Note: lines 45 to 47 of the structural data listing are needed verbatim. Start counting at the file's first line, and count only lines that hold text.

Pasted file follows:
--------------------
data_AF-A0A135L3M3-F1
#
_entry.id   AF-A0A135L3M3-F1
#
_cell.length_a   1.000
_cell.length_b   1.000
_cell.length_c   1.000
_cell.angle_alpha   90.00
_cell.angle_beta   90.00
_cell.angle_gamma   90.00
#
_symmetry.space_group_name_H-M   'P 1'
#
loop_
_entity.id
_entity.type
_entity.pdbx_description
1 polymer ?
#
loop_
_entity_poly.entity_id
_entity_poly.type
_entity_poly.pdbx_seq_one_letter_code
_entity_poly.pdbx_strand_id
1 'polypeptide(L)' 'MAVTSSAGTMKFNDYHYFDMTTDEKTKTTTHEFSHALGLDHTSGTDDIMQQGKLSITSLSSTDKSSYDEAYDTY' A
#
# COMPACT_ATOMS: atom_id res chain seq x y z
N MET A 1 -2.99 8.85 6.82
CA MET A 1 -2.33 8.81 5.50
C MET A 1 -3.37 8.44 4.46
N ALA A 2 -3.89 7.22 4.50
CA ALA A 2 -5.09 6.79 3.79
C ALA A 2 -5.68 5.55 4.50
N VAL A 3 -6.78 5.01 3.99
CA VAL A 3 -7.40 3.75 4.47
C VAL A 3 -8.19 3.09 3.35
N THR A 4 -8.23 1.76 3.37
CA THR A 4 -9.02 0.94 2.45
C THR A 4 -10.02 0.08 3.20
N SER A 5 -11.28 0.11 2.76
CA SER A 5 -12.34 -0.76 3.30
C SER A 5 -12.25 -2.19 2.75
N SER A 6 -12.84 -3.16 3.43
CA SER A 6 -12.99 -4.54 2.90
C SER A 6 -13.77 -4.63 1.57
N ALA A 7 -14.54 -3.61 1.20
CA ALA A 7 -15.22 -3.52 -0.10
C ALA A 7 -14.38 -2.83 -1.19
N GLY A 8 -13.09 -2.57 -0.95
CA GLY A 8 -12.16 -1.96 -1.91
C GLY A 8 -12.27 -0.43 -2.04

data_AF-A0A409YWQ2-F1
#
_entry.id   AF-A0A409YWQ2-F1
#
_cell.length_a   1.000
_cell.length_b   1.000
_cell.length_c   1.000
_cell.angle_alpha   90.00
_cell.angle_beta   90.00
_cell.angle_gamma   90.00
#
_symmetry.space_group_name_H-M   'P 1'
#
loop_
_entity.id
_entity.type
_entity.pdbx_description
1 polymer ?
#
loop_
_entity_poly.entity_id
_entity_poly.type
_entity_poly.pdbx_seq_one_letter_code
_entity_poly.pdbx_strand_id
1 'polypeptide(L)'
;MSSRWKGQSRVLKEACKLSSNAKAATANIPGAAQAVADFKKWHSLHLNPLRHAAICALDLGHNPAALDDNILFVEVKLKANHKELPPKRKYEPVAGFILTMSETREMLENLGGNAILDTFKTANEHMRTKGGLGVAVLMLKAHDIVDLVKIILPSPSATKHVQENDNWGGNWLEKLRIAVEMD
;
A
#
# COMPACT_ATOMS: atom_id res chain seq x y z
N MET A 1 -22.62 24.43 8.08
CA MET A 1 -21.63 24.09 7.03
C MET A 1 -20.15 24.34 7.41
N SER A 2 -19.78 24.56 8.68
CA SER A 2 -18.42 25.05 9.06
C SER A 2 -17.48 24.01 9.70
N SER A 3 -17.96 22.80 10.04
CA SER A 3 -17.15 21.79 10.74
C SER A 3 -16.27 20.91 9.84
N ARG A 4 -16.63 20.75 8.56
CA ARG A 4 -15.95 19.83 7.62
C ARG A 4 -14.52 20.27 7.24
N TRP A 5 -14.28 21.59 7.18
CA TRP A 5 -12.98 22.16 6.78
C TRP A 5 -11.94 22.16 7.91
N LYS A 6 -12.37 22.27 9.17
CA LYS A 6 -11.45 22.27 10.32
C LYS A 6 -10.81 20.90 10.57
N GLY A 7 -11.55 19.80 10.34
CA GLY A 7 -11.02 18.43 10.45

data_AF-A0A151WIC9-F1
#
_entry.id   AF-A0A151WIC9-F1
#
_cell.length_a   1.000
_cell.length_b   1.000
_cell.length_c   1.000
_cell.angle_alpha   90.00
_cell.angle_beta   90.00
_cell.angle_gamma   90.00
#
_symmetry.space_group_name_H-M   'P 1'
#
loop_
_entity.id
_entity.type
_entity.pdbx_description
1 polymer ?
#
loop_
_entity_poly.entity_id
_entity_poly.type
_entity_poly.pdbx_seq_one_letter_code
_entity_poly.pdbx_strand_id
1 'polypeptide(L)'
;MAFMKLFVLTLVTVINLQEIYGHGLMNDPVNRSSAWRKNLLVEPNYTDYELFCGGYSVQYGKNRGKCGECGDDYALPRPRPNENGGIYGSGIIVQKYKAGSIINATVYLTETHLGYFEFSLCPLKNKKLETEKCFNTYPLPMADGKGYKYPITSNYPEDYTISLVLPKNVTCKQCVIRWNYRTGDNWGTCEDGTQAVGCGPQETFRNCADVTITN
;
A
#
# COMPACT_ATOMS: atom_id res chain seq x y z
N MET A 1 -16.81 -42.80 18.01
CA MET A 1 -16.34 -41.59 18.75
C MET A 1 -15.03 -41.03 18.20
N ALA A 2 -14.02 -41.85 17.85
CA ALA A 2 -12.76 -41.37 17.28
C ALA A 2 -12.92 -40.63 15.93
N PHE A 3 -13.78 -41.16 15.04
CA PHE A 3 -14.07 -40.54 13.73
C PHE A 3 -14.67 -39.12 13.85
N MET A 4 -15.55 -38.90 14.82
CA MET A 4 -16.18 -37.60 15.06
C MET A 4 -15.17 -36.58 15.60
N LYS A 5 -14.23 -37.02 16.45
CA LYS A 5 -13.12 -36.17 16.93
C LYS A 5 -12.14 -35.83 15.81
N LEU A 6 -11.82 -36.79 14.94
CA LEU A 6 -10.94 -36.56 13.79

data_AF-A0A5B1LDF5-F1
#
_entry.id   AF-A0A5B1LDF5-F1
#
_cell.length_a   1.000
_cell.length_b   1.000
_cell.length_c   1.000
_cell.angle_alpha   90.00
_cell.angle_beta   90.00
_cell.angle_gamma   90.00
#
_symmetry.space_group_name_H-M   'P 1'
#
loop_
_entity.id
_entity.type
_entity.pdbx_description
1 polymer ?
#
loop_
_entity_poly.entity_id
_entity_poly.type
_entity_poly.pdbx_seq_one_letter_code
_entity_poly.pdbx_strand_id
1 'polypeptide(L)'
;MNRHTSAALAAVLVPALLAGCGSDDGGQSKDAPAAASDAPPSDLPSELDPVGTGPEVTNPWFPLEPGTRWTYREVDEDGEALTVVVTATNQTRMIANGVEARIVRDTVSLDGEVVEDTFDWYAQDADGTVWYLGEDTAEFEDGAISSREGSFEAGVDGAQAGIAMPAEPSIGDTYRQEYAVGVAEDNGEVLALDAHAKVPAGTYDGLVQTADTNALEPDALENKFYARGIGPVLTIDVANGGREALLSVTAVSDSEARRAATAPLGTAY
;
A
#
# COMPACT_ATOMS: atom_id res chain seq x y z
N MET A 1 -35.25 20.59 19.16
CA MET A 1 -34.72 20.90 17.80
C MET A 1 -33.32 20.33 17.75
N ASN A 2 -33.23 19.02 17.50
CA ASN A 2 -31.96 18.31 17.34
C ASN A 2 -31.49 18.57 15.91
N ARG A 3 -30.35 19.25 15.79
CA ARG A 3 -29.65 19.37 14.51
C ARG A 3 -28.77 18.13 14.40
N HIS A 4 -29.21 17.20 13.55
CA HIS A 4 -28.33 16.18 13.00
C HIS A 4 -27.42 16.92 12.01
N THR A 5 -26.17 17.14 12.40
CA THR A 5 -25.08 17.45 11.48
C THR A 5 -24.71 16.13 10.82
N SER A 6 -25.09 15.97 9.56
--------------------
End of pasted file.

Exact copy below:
C SER A 6 -13.77 -4.63 1.57
N ALA A 7 -14.54 -3.61 1.20
CA ALA A 7 -15.22 -3.52 -0.10